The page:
Lahore/Islamabad: Thousands of protesters set off from Lahore on Thursday to march on the capital in a bid to unseat the government, which they claim was elected by fraud. Supporters of cricketer-turned-politician Imran Khan and populist preacher Tahir-ul-Qadri massed separately in Lahore before beginning the 300-km journey to rally in Islamabad.
Both Mr Khan and Mr Qadri say the May 2013 election was rigged and want Prime Minister Nawaz Sharif to resign and hold new polls. Mr Sharif won by a landslide. The two groups, travelling in motorised convoy to Islamabad on the anniversary of Pakistan's independence from Britain, made slow progress.
The authorities had insisted Mr Qadri’s Pakistan Awami Tehreek march would not be allowed, but relented in the afternoon.
Mr Khan, whose Pakistan Tehreek-e-Insaaf (PTI) political party came third in the polls, was earlier given the go-ahead for his “Azadi” (freedom) march.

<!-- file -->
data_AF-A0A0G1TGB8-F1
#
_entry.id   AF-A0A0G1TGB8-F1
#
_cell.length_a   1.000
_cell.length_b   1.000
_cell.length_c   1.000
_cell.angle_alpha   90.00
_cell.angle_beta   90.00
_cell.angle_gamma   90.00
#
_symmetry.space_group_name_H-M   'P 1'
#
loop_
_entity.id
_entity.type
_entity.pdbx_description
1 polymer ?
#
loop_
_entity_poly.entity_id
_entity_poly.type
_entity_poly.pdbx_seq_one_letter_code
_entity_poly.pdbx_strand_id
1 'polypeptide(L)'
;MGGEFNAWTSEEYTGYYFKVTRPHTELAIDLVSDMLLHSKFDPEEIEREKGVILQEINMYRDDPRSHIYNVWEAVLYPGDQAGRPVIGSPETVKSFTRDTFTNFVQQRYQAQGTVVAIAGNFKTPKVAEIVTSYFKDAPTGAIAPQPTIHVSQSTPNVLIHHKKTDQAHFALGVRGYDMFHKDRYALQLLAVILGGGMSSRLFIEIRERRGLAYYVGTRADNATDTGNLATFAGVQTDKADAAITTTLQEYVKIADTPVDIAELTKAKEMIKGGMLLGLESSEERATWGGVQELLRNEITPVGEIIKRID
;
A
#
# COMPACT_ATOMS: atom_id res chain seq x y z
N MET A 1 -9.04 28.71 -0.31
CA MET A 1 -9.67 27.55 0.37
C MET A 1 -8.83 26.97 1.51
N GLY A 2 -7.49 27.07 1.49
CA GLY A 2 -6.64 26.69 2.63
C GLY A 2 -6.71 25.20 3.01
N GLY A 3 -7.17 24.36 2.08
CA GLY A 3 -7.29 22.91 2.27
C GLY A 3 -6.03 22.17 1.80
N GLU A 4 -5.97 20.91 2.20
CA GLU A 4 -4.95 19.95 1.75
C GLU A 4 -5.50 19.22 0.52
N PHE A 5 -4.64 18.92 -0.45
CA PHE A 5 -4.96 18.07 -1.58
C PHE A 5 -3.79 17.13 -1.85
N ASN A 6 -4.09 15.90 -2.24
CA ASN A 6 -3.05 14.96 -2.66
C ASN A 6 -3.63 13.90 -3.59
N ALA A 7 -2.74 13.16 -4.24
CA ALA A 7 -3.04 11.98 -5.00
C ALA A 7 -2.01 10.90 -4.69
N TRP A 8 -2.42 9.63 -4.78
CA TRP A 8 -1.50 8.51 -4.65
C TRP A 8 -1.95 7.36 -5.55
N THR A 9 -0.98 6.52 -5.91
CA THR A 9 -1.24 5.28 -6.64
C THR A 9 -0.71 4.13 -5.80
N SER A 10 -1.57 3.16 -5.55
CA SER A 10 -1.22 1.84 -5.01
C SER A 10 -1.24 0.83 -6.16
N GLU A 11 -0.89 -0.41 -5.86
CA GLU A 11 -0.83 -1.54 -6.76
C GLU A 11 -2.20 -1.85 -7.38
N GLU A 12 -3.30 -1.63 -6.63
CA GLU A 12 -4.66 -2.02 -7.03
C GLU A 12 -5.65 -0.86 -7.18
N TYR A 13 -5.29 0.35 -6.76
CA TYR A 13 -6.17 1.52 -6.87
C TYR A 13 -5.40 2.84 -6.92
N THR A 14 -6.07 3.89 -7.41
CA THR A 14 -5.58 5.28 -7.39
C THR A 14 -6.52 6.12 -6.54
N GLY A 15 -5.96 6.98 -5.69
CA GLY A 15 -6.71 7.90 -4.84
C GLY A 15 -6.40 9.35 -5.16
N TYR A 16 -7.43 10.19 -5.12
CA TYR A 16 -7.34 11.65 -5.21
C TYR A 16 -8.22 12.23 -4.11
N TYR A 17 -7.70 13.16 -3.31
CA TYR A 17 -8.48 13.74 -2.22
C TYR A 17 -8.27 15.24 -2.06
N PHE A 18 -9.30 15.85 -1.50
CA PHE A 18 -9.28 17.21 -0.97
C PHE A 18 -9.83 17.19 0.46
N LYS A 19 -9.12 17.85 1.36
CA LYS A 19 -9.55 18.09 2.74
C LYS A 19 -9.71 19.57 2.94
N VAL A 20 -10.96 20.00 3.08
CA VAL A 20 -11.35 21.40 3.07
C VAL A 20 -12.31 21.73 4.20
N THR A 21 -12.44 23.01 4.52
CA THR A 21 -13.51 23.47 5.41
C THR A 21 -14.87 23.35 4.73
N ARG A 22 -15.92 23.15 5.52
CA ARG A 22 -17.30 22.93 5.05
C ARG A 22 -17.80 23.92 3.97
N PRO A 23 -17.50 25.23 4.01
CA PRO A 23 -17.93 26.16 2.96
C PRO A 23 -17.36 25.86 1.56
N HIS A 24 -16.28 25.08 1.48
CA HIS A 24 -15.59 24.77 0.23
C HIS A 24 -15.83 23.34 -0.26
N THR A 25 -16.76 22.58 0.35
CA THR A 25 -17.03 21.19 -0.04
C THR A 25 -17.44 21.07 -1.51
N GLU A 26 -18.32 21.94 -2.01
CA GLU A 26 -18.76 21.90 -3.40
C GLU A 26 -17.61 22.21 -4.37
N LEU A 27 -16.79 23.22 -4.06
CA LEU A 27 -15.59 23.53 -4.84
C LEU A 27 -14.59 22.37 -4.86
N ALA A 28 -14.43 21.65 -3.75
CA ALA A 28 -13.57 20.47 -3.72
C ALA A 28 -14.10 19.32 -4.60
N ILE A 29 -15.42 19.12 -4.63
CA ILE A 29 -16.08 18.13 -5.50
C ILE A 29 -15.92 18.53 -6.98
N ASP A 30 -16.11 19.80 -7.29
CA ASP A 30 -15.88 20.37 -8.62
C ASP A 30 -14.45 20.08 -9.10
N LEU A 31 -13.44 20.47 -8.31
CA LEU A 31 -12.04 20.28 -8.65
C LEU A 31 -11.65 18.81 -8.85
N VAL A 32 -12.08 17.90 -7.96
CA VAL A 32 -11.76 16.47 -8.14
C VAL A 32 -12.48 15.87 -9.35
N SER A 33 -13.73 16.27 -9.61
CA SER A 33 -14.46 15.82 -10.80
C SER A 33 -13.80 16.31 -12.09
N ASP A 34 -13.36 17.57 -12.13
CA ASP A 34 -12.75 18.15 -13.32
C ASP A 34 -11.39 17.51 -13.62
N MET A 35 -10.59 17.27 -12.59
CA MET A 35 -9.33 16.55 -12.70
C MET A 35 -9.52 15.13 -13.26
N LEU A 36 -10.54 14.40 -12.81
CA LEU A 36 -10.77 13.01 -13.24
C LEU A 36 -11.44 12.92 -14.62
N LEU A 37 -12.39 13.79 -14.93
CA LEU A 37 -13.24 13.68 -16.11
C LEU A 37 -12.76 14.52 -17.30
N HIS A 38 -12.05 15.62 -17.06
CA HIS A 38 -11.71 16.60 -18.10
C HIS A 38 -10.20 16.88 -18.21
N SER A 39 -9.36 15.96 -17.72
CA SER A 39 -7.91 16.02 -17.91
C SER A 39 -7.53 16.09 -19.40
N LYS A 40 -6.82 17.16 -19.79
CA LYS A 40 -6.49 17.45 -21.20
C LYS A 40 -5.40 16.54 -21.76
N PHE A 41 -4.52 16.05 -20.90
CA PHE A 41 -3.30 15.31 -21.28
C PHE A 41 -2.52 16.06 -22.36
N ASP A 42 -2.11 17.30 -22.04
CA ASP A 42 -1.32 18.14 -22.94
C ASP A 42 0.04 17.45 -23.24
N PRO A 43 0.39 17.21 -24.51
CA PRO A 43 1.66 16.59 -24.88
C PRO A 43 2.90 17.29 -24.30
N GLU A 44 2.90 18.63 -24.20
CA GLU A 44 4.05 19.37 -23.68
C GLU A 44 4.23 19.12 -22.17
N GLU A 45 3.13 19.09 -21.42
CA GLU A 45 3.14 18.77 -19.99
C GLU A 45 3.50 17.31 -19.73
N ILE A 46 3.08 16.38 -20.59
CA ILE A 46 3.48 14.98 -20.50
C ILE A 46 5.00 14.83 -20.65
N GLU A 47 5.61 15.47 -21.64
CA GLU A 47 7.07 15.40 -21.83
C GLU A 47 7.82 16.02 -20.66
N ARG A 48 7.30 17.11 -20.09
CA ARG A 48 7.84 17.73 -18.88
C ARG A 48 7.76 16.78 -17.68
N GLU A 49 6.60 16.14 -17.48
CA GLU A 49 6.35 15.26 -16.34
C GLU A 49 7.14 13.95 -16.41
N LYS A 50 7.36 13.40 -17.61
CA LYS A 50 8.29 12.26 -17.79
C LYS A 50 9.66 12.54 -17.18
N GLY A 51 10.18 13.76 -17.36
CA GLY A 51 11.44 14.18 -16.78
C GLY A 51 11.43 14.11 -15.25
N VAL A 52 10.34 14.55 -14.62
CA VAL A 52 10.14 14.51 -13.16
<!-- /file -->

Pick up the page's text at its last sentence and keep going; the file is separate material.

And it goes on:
Government officials have accused the march organisers of trying to derail democracy and Sharif said the marches were a distraction from pressing issues.
Sharif hawks Azadi march
Islamabad: Pakistan Prime Minister Nawaz Sharif, facing twin protest marches to Islamabad, said at the country’s Indep-endence Day parade: “This is the real Azadi march, taking place here, both civil and military leadership is together here and celebrating Pakistan's independence day, what can be a bigger march than this?”
- Neither march is likely to reach Islamabad before late evening or even Friday. It remains unclear whether they will be allowed into the heavily-guarded capital.
- More than 25,000 security personnel have been deployed and almost all roads into the city have been blocked with barbed wire and shipping containers.
- Tahir ul-Qadri, whose previous protest rallies have seen deadly violence, pledged a peaceful march.